A new study was just released yesterday in the Archives of Pediatrics & Adolescent Medicine sheds more light on the research showing a relationship between young children's exposure to TV and their language development. A leading researcher in the field, Dimitri Christakis, studied 329 children aged 2 months to 4 years old. Using a very creative study method, he and his collegues had the children wear small digital recorders for periods of 12-16 hours. These recorders captured sounds and vocalizations the child was exposed to as well as their own vocalizations. The results showed that, on average, for every hour the TV was on, parents spoke 770 fewer words to their children. This is shocking given that the average adult speaks 940 words per hour. Thus, the presence of TV was associated with a significant decline in parent vocalizations. The study also found that children's vocalizations were much less frequent in the presence of TV as well.
This study is very intriguing because it may help explain previous studies showing that infants exposed to more TV have slower language development. While this association has been found in several previous studies, researchers did not really know why this was the case. This new study suggests that young children's language development is impacted not so much by the content of TV programs directly but by the fact that parents talk to their children less when the TV is on (even in the background). Research has shown that babies learn language best by hearing it spoken from live adults, not recorded voices or images. Study author Christakis stated,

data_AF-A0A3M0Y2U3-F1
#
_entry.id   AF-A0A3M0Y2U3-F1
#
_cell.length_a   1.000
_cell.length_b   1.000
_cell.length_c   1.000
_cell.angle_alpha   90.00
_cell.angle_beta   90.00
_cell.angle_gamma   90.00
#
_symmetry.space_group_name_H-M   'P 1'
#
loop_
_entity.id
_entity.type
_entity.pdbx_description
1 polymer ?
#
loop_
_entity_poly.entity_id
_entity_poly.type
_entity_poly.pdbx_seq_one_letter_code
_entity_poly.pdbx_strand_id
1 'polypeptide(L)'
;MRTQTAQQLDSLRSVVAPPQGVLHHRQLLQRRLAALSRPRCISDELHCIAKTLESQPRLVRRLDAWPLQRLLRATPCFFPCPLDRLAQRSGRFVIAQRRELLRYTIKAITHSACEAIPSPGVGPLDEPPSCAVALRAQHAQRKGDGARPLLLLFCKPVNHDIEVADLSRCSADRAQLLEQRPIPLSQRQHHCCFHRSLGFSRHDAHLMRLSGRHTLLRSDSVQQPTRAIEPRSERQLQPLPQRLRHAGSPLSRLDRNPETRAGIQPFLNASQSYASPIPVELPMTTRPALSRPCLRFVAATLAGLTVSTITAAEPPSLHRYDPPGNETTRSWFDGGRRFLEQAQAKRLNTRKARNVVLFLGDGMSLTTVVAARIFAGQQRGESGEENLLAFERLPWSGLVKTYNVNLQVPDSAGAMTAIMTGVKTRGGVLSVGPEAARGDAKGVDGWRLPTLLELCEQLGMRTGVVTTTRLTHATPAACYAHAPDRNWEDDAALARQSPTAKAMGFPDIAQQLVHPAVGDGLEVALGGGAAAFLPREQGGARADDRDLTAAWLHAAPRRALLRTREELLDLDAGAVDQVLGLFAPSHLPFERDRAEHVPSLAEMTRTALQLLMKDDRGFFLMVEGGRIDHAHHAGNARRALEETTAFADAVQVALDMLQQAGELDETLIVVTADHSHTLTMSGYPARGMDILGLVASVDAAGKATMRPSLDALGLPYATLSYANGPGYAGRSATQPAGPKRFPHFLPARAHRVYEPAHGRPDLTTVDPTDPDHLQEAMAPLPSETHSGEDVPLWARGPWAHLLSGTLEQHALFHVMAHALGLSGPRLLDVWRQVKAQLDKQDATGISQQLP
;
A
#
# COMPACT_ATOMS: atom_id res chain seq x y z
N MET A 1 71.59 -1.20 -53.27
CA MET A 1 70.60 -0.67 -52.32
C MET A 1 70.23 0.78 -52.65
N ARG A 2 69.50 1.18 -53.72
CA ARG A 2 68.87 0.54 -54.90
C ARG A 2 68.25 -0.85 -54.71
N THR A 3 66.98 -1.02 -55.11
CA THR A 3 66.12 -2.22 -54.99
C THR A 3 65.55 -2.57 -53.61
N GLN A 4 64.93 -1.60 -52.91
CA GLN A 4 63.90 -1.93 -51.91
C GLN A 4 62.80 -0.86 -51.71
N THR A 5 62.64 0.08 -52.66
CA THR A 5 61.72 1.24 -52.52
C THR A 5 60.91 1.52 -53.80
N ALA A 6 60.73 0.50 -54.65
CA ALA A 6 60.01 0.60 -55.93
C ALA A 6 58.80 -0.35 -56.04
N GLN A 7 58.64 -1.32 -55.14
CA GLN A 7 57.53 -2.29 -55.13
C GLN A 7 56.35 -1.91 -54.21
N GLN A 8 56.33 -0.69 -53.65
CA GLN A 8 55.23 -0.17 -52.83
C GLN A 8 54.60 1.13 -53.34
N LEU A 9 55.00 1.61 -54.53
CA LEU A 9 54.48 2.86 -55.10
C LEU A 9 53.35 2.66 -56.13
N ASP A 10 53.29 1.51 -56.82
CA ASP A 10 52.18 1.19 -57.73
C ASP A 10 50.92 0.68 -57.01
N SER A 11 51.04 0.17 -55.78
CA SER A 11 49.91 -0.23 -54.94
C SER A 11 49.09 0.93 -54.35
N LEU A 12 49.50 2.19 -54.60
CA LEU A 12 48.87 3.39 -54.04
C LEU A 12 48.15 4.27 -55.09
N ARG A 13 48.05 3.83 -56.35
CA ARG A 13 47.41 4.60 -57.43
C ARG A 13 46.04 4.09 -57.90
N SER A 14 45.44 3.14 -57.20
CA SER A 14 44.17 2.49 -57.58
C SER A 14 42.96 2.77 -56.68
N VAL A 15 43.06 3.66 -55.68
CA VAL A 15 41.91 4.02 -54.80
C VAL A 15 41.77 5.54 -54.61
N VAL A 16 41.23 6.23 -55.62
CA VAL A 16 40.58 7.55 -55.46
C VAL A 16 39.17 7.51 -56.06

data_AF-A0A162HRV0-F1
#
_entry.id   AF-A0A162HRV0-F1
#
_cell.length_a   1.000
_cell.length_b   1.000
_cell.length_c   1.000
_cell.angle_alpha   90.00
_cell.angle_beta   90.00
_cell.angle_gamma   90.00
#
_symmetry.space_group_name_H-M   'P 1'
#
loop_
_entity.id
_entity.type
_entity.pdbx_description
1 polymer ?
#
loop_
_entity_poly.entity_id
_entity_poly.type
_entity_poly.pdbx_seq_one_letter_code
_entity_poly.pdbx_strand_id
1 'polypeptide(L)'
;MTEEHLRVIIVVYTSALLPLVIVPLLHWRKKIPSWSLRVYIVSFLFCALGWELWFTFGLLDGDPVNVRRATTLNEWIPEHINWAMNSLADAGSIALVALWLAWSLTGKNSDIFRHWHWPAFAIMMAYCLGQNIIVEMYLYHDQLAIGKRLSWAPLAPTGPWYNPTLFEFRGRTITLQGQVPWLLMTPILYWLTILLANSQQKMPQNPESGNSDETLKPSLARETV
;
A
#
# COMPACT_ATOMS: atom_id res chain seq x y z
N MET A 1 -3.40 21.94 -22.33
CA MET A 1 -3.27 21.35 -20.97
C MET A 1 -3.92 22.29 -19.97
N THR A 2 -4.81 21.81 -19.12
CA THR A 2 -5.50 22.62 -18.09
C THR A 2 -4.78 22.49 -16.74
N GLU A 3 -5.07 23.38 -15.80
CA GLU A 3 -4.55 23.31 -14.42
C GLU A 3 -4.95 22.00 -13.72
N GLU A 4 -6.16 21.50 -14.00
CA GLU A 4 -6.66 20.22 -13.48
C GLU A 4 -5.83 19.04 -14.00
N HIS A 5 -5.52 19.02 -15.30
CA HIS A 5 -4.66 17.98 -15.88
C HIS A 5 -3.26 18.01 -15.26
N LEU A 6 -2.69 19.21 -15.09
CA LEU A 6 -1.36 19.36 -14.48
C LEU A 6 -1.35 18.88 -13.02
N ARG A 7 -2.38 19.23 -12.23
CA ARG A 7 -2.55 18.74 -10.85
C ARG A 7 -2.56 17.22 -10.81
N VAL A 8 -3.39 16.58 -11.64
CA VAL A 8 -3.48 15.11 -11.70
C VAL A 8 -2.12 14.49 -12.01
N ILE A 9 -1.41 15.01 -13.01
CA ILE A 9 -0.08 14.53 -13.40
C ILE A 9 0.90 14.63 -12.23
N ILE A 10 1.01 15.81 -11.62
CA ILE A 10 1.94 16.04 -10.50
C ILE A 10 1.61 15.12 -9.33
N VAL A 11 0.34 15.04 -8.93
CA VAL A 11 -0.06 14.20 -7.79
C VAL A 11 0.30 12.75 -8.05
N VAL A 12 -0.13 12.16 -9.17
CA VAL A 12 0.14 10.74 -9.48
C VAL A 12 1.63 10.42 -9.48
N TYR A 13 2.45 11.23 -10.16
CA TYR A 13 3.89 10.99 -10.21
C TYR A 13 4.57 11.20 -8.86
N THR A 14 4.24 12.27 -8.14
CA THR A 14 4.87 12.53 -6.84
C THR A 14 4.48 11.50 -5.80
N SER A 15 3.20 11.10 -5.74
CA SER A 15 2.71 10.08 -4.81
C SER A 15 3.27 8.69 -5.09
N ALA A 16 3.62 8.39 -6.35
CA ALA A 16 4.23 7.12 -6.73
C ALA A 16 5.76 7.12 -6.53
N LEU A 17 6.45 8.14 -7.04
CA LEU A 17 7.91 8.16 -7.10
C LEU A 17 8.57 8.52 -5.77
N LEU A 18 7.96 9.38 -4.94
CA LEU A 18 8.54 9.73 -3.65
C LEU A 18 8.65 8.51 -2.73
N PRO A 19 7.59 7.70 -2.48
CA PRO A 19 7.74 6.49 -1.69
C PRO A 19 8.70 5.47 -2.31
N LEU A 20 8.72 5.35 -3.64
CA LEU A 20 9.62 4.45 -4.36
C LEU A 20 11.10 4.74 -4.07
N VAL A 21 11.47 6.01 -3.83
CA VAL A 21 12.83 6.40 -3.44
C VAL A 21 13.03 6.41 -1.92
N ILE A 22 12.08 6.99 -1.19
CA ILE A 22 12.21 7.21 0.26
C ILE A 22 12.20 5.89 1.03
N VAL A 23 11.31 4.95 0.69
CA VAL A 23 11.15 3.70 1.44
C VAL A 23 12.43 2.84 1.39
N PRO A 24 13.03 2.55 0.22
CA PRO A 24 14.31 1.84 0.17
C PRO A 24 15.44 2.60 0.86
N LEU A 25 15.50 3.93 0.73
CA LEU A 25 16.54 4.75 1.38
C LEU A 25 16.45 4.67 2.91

"Since 30 percent of American households now report having the television always on, even when no one is watching, these findings have grave implications for language acquisition and therefore perhaps even early brain development."
This new study reiterates much of the previous findings by these authors I blogged about back in March. Put together, all these studies suggest that TV viewing for babies and toddlers (under age 2) is not educational beneficial and may actually be related to slower language development.
- Check out this article for some good tips on how to incorporate media responsibly into your child's life.
- Listen to this podcast by the study's author